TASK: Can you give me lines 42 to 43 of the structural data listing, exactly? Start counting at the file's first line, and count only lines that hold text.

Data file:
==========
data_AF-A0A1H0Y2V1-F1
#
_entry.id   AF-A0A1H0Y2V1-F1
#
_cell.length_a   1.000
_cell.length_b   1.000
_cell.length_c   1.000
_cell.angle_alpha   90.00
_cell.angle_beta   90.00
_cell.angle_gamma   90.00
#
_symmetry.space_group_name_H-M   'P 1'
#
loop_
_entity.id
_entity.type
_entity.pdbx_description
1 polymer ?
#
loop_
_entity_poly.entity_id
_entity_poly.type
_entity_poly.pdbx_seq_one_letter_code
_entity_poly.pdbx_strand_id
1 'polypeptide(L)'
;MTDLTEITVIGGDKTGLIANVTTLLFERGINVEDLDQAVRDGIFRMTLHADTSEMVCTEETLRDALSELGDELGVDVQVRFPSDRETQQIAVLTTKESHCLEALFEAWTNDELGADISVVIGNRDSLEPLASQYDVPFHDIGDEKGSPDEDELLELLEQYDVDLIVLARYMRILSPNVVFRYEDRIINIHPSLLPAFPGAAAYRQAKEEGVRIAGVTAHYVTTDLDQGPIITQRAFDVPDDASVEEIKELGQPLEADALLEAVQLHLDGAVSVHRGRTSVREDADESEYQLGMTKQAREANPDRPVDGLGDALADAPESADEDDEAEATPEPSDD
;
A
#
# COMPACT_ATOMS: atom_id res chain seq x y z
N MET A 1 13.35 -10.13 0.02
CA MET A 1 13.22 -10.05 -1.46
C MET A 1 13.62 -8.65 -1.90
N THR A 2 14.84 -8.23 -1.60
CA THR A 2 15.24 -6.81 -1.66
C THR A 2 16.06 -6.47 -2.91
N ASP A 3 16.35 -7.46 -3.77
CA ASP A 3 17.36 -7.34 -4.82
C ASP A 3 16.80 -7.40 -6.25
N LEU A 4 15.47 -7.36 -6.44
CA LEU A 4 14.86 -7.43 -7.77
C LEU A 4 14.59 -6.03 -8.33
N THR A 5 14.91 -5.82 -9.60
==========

C LEU A 4 14.59 -6.03 -8.33
N THR A 5 14.91 -5.82 -9.60